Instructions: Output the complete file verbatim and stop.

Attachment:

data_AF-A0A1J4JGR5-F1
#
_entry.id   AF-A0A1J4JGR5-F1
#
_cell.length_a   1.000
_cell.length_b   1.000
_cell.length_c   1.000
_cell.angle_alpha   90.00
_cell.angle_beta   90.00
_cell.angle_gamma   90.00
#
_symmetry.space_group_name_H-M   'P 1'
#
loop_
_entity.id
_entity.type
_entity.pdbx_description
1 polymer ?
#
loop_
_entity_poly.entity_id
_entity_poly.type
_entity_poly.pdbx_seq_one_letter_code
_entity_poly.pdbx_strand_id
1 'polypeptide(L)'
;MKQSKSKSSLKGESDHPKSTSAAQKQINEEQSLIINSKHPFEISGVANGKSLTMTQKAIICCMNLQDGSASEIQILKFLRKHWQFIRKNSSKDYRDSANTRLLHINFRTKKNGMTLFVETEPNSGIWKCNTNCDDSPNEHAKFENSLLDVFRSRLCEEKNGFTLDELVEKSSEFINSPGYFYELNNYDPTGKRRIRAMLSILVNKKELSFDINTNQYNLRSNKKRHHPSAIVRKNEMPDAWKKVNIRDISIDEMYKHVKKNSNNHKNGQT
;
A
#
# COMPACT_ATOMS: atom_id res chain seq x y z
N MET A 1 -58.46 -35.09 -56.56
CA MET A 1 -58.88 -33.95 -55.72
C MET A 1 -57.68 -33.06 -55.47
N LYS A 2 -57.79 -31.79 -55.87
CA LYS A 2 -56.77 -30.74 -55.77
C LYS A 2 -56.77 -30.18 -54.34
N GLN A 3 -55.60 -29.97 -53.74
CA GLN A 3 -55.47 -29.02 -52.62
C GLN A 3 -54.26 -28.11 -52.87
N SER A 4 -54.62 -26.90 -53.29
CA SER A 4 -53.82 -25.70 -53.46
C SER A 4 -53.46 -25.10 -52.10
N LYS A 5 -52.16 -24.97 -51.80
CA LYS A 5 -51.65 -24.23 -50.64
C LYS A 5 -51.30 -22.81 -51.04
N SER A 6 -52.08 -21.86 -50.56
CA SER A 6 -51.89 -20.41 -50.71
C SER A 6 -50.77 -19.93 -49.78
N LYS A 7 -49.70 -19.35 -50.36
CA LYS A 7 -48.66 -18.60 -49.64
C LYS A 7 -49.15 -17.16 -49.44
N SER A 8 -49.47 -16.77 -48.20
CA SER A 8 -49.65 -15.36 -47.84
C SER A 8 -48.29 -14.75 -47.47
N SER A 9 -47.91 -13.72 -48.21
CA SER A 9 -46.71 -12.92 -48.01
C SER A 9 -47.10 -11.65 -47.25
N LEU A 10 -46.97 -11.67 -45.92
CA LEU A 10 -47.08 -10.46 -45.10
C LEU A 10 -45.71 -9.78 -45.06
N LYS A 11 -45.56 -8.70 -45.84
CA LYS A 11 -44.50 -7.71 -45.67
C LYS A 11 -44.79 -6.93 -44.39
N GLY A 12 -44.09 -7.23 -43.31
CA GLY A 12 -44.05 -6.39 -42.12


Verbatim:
data_AF-A0A1J4JGR5-F1
#
_entry.id   AF-A0A1J4JGR5-F1
#
_cell.length_a   1.000
_cell.length_b   1.000
_cell.length_c   1.000
_cell.angle_alpha   90.00
_cell.angle_beta   90.00
_cell.angle_gamma   90.00
#
_symmetry.space_group_name_H-M   'P 1'
#
loop_
_entity.id
_entity.type
_entity.pdbx_description
1 polymer ?
#
loop_
_entity_poly.entity_id
_entity_poly.type
_entity_poly.pdbx_seq_one_letter_code
_entity_poly.pdbx_strand_id
1 'polypeptide(L)'
;MKQSKSKSSLKGESDHPKSTSAAQKQINEEQSLIINSKHPFEISGVANGKSLTMTQKAIICCMNLQDGSASEIQILKFLRKHWQFIRKNSSKDYRDSANTRLLHINFRTKKNGMTLFVETEPNSGIWKCNTNCDDSPNEHAKFENSLLDVFRSRLCEEKNGFTLDELVEKSSEFINSPGYFYELNNYDPTGKRRIRAMLSILVNKKELSFDINTNQYNLRSNKKRHHPSAIVRKNEMPDAWKKVNIRDISIDEMYKHVKKNSNNHKNGQT
;
A
#
# COMPACT_ATOMS: atom_id res chain seq x y z
N MET A 1 -58.46 -35.09 -56.56
CA MET A 1 -58.88 -33.95 -55.72
C MET A 1 -57.68 -33.06 -55.47
N LYS A 2 -57.79 -31.79 -55.87
CA LYS A 2 -56.77 -30.74 -55.77
C LYS A 2 -56.77 -30.18 -54.34
N GLN A 3 -55.60 -29.97 -53.74
CA GLN A 3 -55.47 -29.02 -52.62
C GLN A 3 -54.26 -28.11 -52.87
N SER A 4 -54.62 -26.90 -53.29
CA SER A 4 -53.82 -25.70 -53.46
C SER A 4 -53.46 -25.10 -52.10
N LYS A 5 -52.16 -24.97 -51.80
CA LYS A 5 -51.65 -24.23 -50.64
C LYS A 5 -51.30 -22.81 -51.04
N SER A 6 -52.08 -21.86 -50.56
CA SER A 6 -51.89 -20.41 -50.71
C SER A 6 -50.77 -19.93 -49.78
N LYS A 7 -49.70 -19.35 -50.36
CA LYS A 7 -48.66 -18.60 -49.64
C LYS A 7 -49.15 -17.16 -49.44
N SER A 8 -49.47 -16.77 -48.20
CA SER A 8 -49.65 -15.36 -47.84
C SER A 8 -48.29 -14.75 -47.47
N SER A 9 -47.91 -13.72 -48.21
CA SER A 9 -46.71 -12.92 -48.01
C SER A 9 -47.10 -11.65 -47.25
N LEU A 10 -46.97 -11.67 -45.92
CA LEU A 10 -47.08 -10.46 -45.10
C LEU A 10 -45.71 -9.78 -45.06
N LYS A 11 -45.56 -8.70 -45.84
CA LYS A 11 -44.50 -7.71 -45.67
C LYS A 11 -44.79 -6.93 -44.39
N GLY A 12 -44.09 -7.23 -43.31
CA GLY A 12 -44.05 -6.39 -42.12